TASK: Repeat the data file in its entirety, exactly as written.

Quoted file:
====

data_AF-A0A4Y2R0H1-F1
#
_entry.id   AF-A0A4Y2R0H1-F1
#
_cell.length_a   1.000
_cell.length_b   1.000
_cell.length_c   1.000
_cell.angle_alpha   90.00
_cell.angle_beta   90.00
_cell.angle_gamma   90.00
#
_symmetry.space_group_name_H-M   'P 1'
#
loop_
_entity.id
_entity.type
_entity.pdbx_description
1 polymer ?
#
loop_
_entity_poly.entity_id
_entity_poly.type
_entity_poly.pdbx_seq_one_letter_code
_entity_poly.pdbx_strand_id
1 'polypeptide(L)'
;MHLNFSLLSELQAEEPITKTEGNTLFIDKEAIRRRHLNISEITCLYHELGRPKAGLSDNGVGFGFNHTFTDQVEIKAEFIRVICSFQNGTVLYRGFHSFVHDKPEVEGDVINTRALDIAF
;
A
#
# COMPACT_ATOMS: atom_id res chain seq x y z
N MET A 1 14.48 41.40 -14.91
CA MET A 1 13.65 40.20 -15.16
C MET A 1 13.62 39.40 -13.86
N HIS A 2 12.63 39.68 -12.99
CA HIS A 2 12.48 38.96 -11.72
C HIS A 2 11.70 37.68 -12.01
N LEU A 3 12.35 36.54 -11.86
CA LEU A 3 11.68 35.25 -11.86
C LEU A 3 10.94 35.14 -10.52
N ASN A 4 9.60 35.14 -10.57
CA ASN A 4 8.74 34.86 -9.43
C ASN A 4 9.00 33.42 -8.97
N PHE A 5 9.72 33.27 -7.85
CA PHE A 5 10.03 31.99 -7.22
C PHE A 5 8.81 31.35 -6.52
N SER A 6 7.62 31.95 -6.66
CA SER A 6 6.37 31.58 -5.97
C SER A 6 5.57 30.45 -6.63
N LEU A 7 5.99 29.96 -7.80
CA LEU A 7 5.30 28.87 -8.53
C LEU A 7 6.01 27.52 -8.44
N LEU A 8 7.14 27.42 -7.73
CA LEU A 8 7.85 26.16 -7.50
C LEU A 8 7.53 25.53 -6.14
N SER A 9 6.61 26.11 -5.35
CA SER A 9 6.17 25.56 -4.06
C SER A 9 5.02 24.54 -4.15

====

data_AF-A0A4Y2R0H1-F1
#
_entry.id   AF-A0A4Y2R0H1-F1
#
_cell.length_a   1.000
_cell.length_b   1.000
_cell.length_c   1.000
_cell.angle_alpha   90.00
_cell.angle_beta   90.00
_cell.angle_gamma   90.00
#
_symmetry.space_group_name_H-M   'P 1'
#
loop_
_entity.id
_entity.type
_entity.pdbx_description
1 polymer ?
#
loop_
_entity_poly.entity_id
_entity_poly.type
_entity_poly.pdbx_seq_one_letter_code
_entity_poly.pdbx_strand_id
1 'polypeptide(L)'
;MHLNFSLLSELQAEEPITKTEGNTLFIDKEAIRRRHLNISEITCLYHELGRPKAGLSDNGVGFGFNHTFTDQVEIKAEFIRVICSFQNGTVLYRGFHSFVHDKPEVEGDVINTRALDIAF
;
A
#
# COMPACT_ATOMS: atom_id res chain seq x y z
N MET A 1 14.48 41.40 -14.91
CA MET A 1 13.65 40.20 -15.16
C MET A 1 13.62 39.40 -13.86
N HIS A 2 12.63 39.68 -12.99
CA HIS A 2 12.48 38.96 -11.72
C HIS A 2 11.70 37.68 -12.01
N LEU A 3 12.35 36.54 -11.86
CA LEU A 3 11.68 35.25 -11.86
C LEU A 3 10.94 35.14 -10.52
N ASN A 4 9.60 35.14 -10.57
CA ASN A 4 8.74 34.86 -9.43
C ASN A 4 9.00 33.42 -8.97
N PHE A 5 9.72 33.27 -7.85
CA PHE A 5 10.03 31.99 -7.22
C PHE A 5 8.81 31.35 -6.52
N SER A 6 7.62 31.95 -6.66
CA SER A 6 6.37 31.58 -5.97
C SER A 6 5.57 30.45 -6.63
N LEU A 7 5.99 29.96 -7.80
CA LEU A 7 5.30 28.87 -8.53
C LEU A 7 6.01 27.52 -8.44
N LEU A 8 7.14 27.42 -7.73
CA LEU A 8 7.85 26.16 -7.50
C LEU A 8 7.53 25.53 -6.14
N SER A 9 6.61 26.11 -5.35
CA SER A 9 6.17 25.56 -4.06
C SER A 9 5.02 24.54 -4.15